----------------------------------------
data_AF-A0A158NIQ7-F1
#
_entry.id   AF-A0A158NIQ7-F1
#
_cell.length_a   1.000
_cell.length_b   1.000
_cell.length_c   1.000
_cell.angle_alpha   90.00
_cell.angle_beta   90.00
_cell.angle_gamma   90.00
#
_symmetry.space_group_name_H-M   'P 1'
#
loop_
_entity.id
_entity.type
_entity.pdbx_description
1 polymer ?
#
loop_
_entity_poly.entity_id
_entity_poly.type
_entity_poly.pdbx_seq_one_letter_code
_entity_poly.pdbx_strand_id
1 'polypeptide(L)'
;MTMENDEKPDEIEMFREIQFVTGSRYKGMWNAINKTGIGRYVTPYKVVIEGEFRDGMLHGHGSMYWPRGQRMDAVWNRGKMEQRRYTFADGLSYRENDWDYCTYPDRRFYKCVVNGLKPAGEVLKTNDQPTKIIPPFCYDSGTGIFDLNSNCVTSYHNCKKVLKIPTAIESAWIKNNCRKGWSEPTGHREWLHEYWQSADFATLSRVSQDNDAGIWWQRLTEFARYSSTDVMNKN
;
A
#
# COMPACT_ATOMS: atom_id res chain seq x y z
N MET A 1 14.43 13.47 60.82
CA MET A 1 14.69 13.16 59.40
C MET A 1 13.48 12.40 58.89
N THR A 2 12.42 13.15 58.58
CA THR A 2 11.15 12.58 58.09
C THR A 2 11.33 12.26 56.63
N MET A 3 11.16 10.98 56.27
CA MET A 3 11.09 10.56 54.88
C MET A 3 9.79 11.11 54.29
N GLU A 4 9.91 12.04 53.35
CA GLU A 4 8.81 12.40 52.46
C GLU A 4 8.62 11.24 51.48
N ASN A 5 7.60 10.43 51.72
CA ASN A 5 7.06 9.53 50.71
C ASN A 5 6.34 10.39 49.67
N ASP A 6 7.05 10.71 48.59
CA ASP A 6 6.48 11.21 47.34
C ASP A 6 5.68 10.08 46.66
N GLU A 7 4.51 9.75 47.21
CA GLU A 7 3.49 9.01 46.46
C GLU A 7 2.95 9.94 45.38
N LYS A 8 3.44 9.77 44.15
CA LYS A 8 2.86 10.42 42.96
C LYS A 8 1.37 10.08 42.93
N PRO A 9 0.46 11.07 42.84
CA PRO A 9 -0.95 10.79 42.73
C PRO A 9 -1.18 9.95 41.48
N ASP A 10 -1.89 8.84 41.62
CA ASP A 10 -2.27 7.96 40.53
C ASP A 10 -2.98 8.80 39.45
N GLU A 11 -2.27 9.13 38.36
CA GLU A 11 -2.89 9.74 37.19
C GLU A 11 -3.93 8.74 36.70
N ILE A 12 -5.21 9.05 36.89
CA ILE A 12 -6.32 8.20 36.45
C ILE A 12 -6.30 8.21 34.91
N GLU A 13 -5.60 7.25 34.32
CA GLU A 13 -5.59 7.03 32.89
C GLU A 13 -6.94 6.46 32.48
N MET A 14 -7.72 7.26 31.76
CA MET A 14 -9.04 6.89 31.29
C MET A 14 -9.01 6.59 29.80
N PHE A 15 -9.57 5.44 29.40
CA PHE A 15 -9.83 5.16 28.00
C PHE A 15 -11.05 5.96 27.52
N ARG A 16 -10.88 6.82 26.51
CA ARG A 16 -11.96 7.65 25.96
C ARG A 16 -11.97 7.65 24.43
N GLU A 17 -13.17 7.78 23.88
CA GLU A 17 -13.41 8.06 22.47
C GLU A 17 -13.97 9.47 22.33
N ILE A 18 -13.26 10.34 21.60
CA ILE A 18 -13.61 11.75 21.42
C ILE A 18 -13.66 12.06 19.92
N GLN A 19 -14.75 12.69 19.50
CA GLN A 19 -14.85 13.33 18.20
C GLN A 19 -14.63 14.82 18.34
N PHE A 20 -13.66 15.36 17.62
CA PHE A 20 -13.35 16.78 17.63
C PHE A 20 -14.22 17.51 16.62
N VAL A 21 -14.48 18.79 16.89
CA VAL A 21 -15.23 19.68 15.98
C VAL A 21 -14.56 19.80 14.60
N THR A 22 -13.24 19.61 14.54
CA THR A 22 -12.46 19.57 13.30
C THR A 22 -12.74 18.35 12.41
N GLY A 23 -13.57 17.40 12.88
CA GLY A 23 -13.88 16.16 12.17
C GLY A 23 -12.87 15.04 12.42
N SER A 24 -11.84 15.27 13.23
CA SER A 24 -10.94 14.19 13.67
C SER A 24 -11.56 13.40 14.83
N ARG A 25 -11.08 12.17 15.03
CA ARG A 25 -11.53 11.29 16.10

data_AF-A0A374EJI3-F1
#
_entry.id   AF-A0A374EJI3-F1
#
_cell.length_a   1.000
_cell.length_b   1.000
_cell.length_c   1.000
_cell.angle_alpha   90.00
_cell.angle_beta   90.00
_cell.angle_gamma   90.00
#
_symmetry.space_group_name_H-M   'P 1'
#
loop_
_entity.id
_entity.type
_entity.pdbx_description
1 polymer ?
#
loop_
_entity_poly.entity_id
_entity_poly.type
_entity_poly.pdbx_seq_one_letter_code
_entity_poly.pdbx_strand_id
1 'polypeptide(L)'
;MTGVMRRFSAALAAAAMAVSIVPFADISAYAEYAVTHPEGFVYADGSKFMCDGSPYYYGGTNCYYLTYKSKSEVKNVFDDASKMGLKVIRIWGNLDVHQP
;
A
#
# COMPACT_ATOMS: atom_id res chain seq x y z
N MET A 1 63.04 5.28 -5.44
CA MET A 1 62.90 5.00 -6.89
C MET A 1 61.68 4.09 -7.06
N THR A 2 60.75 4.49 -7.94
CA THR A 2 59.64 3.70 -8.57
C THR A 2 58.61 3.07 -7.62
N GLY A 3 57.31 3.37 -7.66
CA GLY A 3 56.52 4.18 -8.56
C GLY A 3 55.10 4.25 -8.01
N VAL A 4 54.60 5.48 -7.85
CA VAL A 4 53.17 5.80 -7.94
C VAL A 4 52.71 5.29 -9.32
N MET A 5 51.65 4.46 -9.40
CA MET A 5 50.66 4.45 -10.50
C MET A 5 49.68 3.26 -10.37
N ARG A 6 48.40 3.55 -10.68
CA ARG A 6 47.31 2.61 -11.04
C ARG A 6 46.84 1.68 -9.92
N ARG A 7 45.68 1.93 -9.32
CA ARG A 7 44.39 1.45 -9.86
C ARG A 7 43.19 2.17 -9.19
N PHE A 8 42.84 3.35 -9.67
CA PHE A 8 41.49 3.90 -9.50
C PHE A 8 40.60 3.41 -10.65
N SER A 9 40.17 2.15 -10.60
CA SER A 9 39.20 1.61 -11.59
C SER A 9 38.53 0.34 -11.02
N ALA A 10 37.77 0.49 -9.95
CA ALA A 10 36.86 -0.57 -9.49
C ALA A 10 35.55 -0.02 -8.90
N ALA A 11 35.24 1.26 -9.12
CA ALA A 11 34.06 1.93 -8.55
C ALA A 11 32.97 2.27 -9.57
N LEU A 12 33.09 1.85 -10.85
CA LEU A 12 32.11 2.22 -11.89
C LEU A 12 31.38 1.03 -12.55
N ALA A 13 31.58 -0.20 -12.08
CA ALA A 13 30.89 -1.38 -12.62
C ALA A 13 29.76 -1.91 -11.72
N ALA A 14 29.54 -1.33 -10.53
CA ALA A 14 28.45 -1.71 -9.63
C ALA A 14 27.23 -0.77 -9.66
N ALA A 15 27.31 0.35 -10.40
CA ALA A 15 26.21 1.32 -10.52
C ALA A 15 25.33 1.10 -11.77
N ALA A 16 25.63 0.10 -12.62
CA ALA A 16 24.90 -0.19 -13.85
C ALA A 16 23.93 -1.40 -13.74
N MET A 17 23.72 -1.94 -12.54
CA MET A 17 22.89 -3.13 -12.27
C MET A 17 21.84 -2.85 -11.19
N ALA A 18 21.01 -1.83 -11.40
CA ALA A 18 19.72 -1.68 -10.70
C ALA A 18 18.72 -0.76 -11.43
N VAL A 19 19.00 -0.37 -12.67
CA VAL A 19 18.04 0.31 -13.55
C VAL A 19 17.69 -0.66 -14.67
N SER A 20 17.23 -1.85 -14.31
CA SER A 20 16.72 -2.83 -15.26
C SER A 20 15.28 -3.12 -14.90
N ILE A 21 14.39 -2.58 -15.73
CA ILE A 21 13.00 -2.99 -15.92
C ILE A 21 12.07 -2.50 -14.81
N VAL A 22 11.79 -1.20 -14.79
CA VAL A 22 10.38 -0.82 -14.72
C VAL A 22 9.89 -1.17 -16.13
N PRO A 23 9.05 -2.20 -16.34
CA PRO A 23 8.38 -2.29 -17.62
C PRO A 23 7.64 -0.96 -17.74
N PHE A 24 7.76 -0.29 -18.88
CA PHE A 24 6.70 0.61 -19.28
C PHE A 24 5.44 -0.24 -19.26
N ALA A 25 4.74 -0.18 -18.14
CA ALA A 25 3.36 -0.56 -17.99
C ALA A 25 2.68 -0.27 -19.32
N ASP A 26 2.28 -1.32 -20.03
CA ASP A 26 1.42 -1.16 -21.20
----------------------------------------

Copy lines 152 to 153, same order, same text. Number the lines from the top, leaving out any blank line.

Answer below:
C ARG A 6 46.84 1.68 -9.92
N ARG A 7 45.68 1.93 -9.32